We use cookies to help us provide you with the best experience, improve and tailor our services, and carry out our marketing activities. For more information, including how to manage your cookie settings, see our privacy notice.


Skip to content. | Skip to navigation

We’ve made our member-only resources free to everyone because of the current situation. We think it’s important people have the guidance they need to run their organisations during this time.

If you want to find out more about how you can volunteer to help deal with coronavirus, see our volunteering and coronavirus page.

If you are looking for advice on coronavirus and your charity, please see our dedicated coronavirus page.

Community-made content which you can improve Case study from our community

A co-operative model of infrastructure

This page is free to all
How Zebra Collective went about developing new partnerships and expanding their delivery of paid services.


As a BIG Assist supplier, we were chosen to work with Zebra Collective, a cooperative based in Plymouth.

Zebra are not a ‘classic’ infrastructure organisation, they are a CLBT operating on a cooperative basis with an asset lock in place. They earn a large percentage, 50%, of their income through contracts and earned income and have transitioned from being largely a training provider to community development work.

The issues we faced

Plymouth doesn’t have a CVS and Zebra was keen to engage with other infrastructure groups in a facilitated conversation, to explore how they could work together better to improve infrastructure provision across Plymouth.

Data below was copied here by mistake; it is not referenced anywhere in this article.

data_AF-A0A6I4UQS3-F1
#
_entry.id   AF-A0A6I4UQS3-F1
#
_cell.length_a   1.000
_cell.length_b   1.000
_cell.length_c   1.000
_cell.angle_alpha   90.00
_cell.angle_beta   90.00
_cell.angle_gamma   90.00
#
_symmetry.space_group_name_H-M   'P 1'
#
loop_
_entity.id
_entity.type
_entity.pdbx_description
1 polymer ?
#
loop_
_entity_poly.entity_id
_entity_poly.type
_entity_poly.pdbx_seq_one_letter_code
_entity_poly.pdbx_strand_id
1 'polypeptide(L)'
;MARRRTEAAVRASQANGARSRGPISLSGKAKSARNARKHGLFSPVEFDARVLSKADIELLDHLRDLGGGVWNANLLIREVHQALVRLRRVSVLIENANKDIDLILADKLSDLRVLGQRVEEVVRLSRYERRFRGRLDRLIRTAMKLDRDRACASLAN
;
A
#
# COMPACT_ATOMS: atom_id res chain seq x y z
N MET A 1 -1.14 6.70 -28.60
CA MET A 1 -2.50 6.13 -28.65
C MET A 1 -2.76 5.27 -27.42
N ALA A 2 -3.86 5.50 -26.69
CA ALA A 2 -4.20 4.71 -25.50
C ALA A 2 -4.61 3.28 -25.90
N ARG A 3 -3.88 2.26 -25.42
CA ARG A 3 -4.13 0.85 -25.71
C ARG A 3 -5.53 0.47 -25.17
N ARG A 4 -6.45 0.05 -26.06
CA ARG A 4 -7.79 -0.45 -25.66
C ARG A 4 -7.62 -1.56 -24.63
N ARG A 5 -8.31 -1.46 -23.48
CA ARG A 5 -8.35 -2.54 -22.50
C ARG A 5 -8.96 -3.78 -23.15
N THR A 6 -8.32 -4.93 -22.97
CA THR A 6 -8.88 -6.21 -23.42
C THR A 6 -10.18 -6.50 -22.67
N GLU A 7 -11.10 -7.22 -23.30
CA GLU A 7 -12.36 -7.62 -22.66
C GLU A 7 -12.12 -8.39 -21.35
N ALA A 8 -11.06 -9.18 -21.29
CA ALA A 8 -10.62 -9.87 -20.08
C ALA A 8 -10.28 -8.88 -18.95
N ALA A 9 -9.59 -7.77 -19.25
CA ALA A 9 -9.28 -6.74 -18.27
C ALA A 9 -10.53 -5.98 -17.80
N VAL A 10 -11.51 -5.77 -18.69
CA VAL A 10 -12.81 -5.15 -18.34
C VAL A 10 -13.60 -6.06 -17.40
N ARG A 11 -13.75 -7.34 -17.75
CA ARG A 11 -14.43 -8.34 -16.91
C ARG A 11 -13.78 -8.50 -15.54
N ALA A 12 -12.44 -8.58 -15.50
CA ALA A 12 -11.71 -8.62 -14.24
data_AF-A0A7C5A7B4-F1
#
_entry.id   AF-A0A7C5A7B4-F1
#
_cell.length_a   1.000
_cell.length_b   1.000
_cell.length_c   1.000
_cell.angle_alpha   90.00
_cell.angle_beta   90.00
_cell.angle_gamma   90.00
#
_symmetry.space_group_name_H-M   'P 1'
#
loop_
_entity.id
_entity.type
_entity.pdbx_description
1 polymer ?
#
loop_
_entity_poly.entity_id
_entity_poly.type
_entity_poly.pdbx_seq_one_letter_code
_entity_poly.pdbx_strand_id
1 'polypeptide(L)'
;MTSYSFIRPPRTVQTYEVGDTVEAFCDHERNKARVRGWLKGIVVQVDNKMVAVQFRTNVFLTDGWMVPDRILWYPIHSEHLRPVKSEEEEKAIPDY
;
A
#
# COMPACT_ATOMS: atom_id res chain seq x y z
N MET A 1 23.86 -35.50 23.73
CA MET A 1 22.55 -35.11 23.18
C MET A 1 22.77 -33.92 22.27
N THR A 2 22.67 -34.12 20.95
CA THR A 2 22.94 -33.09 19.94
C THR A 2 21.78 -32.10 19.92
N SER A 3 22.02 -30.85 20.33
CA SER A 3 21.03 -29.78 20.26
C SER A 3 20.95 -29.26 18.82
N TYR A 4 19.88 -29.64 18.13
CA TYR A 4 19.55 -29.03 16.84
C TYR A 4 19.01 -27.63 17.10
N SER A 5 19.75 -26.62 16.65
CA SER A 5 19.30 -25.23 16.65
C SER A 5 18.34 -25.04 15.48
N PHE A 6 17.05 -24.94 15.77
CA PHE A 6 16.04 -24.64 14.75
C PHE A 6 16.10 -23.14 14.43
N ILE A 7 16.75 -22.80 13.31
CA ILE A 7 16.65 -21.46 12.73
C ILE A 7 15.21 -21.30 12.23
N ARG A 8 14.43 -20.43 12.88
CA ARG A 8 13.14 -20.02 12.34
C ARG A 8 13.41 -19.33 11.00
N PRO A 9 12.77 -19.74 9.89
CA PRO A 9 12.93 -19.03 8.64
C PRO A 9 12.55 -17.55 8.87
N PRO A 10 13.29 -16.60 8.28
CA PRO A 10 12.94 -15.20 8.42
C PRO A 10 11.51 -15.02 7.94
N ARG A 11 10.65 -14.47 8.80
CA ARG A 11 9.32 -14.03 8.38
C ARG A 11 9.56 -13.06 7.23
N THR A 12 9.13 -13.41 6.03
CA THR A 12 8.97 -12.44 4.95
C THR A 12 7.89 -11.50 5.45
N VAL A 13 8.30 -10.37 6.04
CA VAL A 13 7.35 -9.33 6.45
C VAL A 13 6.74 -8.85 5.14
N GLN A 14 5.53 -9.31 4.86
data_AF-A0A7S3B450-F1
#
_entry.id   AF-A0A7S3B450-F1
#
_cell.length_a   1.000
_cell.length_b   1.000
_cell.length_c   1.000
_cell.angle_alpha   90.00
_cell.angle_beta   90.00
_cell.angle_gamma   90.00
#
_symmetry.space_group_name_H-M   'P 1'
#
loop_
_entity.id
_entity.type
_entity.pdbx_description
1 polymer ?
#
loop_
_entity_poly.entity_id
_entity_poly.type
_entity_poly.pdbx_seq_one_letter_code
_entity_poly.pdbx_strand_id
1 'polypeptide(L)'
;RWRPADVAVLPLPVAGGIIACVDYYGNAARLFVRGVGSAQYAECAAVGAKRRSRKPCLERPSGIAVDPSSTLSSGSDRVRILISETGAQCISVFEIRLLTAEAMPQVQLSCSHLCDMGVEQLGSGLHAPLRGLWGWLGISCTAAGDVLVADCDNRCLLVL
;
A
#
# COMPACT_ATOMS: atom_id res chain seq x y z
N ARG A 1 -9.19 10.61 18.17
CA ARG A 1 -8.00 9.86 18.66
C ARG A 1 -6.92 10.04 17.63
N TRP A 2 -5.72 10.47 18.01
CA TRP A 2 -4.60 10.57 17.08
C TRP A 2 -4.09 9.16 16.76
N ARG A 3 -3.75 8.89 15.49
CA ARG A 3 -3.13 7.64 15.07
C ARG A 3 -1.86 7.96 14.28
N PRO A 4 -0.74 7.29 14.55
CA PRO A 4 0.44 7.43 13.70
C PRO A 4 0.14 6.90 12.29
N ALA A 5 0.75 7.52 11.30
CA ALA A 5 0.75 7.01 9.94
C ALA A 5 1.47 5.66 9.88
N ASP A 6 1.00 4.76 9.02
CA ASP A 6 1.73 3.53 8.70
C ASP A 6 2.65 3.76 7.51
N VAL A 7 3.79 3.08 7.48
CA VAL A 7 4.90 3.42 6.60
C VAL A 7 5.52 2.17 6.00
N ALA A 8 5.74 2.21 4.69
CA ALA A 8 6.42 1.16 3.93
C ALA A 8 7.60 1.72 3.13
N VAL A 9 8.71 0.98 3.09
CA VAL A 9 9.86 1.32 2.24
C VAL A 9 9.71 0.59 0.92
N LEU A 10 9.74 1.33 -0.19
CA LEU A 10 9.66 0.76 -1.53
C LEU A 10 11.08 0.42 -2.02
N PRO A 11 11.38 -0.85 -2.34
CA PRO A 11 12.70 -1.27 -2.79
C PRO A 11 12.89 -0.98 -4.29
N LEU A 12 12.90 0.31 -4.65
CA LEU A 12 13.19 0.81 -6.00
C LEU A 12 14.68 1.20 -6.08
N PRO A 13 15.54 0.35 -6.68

Plymouth City Council is a cooperative council, and the Collective felt testing a cooperative model for POP could be interesting model of infrastructure support provision for the VCS. Although Zebra had expertise as a co-operative, they felt external expertise in examining different models would allow for a thorough exploration of options and implications.

The actions we took

The Collective wanted to develop a range of new partnerships and expand delivery of its charged-for services. Already enjoying good partnerships with some providers, such as some housing associations and local authorities, they felt there was still a large market of untapped customers. In order to build these relationships effectively, Zebra felt it needed to refresh its marketing and communications strategy. 

Positive outcomes

Short term

In the short term we worked with Zebra to:

  • Facilitate the Collective to clarify its aims and determine its direction of travel
  • Raise an understanding of how the new contracts had implications for the Collective’s structure, staffing arrangements and aims of their current business
  • Disaggregate its business into discreet service areas, so as to explore potential for ‘floating off’ any potentially self-standing businesses
  • Negotiate around forward plans for all of the newly identified individual service areas and for the Collective at core